Trip and Fall Cases
Trip and fall cases really fall into two main categories: (1) uneven surfaces where people walk, including bunched carpets, step-offs in floors, differentials between sidewalk slabs, or cracked, uneven, or deteriorated sidewalks or pavement, or uneven steps or stairs, and (2) objects left on the ground or floor where people are prone to trip over them.
Whether your case involves an uneven or cracked walking surface or an object left where you tripped over it, the rules of law are essentially the same. In every trip and fall case, the main issue distills to this: Did the property owner take "reasonable" measures to (1) prevent the tripping hazard from being there; (2) inspect or check for tripping hazards or other dangerous conditions; and (3) remove or fix the tripping hazard promptly when it was first noticed. In a trip and fall cases, the premises owner is liable only if he failed to take "reasonable" measures to assure that his property was "reasonably" safe. The main issue, then, is what is "reasonable". Juries differ about what is "reasonable", so these cases are sometimes hard to predict.
Most trip and fall cases turn on whether the property owner had "notice" of the tripping hazard. The issue of whether the owner had "notice", in legal talk, means whether he "knew or should have known" of the tripping danger. If the injured trip-and-fall victim can prove "notice", and the owner failed to fix or remedy the tripping hazard, then it follows that the owner did not act reasonably, failed in his duty, and is liable for the injuries.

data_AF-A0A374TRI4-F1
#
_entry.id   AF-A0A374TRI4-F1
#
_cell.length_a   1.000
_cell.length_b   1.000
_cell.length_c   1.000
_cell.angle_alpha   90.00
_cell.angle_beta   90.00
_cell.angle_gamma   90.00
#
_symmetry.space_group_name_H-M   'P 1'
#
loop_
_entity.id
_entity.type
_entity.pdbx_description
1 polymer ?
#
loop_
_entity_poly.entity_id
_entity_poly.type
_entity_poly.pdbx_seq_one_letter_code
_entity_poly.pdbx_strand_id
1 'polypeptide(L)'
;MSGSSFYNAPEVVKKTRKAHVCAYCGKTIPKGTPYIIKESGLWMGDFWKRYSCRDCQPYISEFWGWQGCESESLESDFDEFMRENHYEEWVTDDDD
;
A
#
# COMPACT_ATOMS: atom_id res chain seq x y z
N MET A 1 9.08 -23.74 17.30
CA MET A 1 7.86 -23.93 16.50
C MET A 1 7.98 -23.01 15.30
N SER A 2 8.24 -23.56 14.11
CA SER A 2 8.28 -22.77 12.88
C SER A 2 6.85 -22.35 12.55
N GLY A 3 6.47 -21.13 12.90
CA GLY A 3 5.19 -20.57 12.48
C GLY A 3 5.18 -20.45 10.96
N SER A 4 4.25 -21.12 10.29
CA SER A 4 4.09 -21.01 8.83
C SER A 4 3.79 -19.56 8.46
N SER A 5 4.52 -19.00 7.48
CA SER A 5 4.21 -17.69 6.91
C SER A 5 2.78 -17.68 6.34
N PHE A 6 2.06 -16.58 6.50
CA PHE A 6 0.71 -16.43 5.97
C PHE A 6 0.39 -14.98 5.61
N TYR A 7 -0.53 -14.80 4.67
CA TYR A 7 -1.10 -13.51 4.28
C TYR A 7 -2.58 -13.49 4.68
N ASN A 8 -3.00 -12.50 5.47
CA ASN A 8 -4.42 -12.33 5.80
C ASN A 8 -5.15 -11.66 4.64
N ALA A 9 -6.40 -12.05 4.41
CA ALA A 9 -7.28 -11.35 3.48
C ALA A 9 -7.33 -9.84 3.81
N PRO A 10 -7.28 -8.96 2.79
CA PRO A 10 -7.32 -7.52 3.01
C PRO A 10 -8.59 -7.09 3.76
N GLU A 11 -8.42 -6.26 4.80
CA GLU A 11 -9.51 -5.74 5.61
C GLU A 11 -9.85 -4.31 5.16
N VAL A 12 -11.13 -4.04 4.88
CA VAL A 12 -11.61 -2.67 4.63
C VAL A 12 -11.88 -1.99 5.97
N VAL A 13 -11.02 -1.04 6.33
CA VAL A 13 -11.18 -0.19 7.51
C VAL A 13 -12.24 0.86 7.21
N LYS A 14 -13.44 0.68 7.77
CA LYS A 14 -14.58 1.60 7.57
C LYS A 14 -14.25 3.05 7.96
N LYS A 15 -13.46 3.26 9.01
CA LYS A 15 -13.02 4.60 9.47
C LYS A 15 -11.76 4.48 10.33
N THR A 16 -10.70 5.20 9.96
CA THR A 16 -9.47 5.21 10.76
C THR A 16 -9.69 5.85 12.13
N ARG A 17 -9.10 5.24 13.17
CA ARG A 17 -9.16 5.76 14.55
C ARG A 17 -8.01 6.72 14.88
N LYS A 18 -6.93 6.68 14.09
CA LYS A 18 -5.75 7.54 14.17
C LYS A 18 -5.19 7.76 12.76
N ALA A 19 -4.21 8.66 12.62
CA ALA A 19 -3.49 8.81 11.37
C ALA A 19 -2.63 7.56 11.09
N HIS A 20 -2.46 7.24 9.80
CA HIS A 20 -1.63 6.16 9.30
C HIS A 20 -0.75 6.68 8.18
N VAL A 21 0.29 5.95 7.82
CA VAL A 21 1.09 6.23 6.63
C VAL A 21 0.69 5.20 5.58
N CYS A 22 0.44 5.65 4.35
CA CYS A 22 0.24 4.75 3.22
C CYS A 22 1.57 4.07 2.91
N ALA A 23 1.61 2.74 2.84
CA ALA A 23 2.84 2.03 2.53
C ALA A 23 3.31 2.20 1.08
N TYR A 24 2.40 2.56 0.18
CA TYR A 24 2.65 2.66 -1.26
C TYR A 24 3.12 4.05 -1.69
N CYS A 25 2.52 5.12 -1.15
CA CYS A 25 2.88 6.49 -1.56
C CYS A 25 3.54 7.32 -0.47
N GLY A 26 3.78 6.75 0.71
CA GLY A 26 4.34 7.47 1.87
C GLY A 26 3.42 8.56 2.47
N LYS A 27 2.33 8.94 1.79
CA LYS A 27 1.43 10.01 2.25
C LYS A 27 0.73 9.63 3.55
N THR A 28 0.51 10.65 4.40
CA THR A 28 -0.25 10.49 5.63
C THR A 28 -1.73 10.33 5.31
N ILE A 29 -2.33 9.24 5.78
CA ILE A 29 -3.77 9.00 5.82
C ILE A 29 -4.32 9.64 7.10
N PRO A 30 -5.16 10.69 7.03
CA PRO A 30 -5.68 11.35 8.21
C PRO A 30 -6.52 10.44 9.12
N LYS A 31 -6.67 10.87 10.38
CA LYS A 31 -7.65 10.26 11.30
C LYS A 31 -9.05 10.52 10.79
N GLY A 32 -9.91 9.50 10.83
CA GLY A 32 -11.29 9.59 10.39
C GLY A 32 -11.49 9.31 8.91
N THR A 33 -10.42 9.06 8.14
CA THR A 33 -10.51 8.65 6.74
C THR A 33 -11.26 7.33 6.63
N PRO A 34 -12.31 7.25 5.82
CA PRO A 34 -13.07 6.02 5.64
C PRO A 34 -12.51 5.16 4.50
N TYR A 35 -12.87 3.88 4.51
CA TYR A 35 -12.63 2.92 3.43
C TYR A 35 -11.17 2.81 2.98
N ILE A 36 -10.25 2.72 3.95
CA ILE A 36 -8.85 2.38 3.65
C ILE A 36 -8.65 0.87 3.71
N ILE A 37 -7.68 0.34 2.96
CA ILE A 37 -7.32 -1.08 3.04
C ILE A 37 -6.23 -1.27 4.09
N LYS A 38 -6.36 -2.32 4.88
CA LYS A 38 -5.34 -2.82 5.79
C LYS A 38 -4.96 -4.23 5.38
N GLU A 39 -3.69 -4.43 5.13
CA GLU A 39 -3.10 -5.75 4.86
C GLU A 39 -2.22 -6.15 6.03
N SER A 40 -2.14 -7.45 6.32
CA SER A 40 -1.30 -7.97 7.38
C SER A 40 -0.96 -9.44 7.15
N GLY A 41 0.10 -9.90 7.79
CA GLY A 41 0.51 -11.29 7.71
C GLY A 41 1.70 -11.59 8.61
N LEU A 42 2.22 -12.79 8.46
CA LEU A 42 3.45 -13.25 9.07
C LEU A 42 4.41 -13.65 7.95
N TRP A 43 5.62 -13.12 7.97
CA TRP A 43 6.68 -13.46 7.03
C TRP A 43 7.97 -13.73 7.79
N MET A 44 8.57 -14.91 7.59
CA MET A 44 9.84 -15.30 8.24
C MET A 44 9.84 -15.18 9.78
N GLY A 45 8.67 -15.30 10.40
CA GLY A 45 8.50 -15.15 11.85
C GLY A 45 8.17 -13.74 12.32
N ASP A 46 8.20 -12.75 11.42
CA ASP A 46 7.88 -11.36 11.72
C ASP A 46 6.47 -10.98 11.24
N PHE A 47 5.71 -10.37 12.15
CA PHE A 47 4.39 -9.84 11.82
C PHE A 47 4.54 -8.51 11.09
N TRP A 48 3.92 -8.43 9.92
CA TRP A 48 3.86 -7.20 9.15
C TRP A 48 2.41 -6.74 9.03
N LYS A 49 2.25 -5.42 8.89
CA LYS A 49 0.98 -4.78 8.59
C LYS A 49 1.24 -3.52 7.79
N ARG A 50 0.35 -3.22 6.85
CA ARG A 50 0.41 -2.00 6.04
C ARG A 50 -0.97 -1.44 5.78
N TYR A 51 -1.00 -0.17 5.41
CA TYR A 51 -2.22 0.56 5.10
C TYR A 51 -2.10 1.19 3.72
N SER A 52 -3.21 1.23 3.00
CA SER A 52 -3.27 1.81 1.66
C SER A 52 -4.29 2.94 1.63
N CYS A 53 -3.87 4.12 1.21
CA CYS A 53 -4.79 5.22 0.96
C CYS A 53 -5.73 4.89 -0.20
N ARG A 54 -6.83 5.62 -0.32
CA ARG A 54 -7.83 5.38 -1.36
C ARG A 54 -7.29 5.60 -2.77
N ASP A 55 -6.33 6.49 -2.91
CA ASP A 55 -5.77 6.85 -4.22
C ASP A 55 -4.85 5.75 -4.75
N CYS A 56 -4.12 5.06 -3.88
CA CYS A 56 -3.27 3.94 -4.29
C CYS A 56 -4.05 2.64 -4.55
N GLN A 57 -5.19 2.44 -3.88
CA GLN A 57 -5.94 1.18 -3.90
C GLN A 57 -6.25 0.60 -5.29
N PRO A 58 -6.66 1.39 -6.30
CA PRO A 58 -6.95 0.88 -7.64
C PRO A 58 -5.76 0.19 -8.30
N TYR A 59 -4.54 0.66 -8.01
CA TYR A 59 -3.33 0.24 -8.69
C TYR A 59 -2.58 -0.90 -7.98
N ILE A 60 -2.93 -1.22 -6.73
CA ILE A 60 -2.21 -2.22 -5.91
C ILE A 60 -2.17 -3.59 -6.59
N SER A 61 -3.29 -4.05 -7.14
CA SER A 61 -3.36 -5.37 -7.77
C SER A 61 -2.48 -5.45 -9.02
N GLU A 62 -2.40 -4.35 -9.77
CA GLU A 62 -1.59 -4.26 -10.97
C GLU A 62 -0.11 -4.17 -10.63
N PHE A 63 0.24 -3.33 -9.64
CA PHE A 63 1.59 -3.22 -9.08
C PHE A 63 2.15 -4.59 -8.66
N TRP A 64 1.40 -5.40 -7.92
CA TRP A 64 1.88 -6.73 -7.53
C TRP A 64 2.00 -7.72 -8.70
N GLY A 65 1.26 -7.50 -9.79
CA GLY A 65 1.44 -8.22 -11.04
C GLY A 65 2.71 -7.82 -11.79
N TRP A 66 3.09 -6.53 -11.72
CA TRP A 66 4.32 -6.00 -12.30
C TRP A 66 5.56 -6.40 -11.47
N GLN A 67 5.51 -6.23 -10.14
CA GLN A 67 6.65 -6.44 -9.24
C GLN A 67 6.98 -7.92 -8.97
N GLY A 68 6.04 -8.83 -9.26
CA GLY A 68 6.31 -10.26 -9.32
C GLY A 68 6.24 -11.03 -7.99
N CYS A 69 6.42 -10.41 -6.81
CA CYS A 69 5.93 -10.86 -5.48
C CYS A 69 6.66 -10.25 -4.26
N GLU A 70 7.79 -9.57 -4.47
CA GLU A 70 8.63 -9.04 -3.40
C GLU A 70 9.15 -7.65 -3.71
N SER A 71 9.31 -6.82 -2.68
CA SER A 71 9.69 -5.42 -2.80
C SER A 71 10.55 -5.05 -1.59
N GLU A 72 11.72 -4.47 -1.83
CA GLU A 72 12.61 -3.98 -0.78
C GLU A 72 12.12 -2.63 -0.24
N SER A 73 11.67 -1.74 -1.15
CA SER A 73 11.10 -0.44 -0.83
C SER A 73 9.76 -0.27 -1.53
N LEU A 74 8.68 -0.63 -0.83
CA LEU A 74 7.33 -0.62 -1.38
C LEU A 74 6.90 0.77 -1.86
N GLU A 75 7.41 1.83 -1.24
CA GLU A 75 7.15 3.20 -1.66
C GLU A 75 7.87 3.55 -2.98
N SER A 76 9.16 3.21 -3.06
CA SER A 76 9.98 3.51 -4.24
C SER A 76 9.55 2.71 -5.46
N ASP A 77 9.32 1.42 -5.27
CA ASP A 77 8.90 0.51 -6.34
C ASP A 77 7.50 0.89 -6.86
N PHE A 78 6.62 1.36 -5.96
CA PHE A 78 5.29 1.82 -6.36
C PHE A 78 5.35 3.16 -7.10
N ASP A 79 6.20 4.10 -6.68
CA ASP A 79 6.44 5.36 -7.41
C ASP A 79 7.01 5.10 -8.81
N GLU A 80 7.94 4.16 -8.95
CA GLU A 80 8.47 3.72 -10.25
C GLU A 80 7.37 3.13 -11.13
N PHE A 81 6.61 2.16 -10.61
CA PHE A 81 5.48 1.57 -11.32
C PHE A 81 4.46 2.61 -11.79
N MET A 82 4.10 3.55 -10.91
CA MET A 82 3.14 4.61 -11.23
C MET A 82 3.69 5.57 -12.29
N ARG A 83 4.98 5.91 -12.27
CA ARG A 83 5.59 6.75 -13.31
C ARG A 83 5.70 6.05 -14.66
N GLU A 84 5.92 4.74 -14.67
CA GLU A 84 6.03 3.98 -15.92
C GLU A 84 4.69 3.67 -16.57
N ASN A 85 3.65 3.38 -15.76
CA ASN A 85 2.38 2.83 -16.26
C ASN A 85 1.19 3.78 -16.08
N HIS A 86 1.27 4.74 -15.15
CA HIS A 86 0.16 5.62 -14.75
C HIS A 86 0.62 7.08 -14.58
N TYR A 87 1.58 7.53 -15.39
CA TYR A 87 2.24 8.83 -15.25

If the property owner created the hazard through some affirmative act, then it is not generally necessary to show he had "notice" of the defect. For example, if a property owner builds a step that later collapses under the weight of a guest, the owner may be held liable for the resulting injuries even though the owner did not have "notice" that the step was a hazard. The premises owner is liable not because he was aware of the hazard, but because he negligently built the step. He obviously did not follow good and safe step-building practices.
Other issues that come up in trip-and-fall cases are: Was there a good reason for the object tripped over to be there? Was it better and safer place to put it? Could a barrier or a warning sign have been placed near the tripping hazard? Did poor lighting play a part in the trip-and-fall victim's failure to notice of see the danger? A competent trip-and-fall attorney will explore and investigate all these issues.
The Syracuse trip and fall lawyers of Michaels & Smolak have recovered millions of dollars for clients injured in trip-and-fall accidents and for other injuries to cover their medical bills, lost earnings, pain and suffering, and more. If you or a loved one has tripped, fallen and been injured, CONTACT US for a free consultation with an experienced lawyer who can inform you of your legal rights and maximize your compensation.